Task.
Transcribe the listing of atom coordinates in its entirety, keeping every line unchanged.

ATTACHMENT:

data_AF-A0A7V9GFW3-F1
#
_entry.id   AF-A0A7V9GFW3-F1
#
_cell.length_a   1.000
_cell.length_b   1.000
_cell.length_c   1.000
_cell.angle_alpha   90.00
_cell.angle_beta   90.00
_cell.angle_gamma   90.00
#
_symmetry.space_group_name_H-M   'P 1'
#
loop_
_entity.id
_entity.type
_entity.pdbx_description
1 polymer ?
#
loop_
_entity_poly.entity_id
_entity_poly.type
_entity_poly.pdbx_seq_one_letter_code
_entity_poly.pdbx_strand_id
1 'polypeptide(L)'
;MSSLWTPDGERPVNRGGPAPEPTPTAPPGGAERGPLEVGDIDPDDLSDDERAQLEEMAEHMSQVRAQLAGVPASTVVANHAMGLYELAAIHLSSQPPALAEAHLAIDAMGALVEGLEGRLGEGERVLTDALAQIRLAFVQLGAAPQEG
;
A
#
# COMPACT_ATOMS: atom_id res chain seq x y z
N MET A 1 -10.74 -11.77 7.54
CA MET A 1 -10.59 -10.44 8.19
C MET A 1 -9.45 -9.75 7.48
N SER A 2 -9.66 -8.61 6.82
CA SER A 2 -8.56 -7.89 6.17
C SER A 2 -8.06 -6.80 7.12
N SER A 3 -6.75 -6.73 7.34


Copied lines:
data_AF-A0A7V9GFW3-F1
#
_entry.id   AF-A0A7V9GFW3-F1
#
_cell.length_a   1.000
_cell.length_b   1.000
_cell.length_c   1.000
_cell.angle_alpha   90.00
_cell.angle_beta   90.00
_cell.angle_gamma   90.00
#
_symmetry.space_group_name_H-M   'P 1'
#
loop_
_entity.id
_entity.type
_entity.pdbx_description
1 polymer ?
#
loop_
_entity_poly.entity_id
_entity_poly.type
_entity_poly.pdbx_seq_one_letter_code
_entity_poly.pdbx_strand_id
1 'polypeptide(L)'
;MSSLWTPDGERPVNRGGPAPEPTPTAPPGGAERGPLEVGDIDPDDLSDDERAQLEEMAEHMSQVRAQLAGVPASTVVANHAMGLYELAAIHLSSQPPALAEAHLAIDAMGALVEGLEGRLGEGERVLTDALAQIRLAFVQLGAAPQEG
;
A
#
# COMPACT_ATOMS: atom_id res chain seq x y z
N MET A 1 -10.74 -11.77 7.54
CA MET A 1 -10.59 -10.44 8.19
C MET A 1 -9.45 -9.75 7.48
N SER A 2 -9.66 -8.61 6.82
CA SER A 2 -8.56 -7.89 6.17
C SER A 2 -8.06 -6.80 7.12
N SER A 3 -6.75 -6.73 7.34